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A Commentary on the Book of Ecclesiastes (Volume 4 of the Works) (Reynolds)

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Soli Deo Gloria Publications

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Product Description

This volume is the fourth volume of six which contain the works of Puritan preacher Edward Reynolds. It features meditations on the rising and falling of Peter, the commentary on Ecclesiastes, and eight sermons on various topics. For those interested in Puritan theology, history, and preaching, this will be a valuable addition to your collection.

Table of Contents:

  1. Meditations on the Fall and Rising of St. Peter
  2. Annotations on the Book of Ecclesiastes
  3. Sermons on Miscellaneous Subjects

Sermon 1 – The Shields of the Earth (Psalms 47:9)

Sermon 2 – The Peace and Edification of the Church (Romans 14:19)

Sermon 3 – Self-Denial (Matthew 16:24)

Sermon 4 – Animalis Homo (1 Corinthians 2:14)

Sermon 5 – Joy in the Lord (Philippians 4:4)

Sermon 6 – True Gain (Matthew 16:26)

Sermon 7 – The Peace of Jerusalem (Psalm 132:6-9)

Sermon 8 – Death’s Advantage (Philippians 1:21



Edward Reynolds was born in November 1593. He showed great knowledge and skill in the study of the Greek language and was distinguished as a good disputant and orator at Merton College in Oxford. After receiving his Master of Arts degree, he entered the ministry and became an eminent preacher, his works comprising 6 volumes in reprint. In 1643, he was chosen as one of the Assembly of Divines at Westminster, and is represented as giving constant attendance during the sessions. He was a covenanter and a frequent preacher in London. Following this, he was chosen Dean of Christ Church and Vice-Chancellor of the University in 1648.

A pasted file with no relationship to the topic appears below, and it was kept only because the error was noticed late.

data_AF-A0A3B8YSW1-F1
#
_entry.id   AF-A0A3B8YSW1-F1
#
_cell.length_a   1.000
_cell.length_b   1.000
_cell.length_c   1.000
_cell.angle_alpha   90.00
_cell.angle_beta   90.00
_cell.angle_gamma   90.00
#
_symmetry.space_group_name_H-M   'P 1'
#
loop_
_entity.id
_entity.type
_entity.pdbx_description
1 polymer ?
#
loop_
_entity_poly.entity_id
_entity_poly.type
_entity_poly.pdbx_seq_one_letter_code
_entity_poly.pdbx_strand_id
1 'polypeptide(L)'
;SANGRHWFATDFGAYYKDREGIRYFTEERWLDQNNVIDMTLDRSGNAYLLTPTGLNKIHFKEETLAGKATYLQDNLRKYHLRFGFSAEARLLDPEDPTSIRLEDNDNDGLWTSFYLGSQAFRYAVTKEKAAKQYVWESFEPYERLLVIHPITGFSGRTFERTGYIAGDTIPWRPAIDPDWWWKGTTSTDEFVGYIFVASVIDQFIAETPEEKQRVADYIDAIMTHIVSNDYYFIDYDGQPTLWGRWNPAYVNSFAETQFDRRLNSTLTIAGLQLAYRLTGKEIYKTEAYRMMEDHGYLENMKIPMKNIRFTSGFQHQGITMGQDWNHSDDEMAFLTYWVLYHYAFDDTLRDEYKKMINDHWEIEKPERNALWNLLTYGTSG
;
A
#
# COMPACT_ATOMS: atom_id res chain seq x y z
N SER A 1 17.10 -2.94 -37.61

In 1660, along with Edward Calamy, Reynolds was made a chaplain to the King. He preached several times to the King and to Parliament. The historian Wood said of him, "Dr. Reynolds was a person of excellent parts and endowments, of a very good wit, fancy, and judgment, a great divine, and much esteemed by all parties for his preaching and florid style." He died July 28, 1676. Daniel Neal, the historian said, "he was reckoned one of the most eloquent pulpit men of his age, and a good old Puritan."


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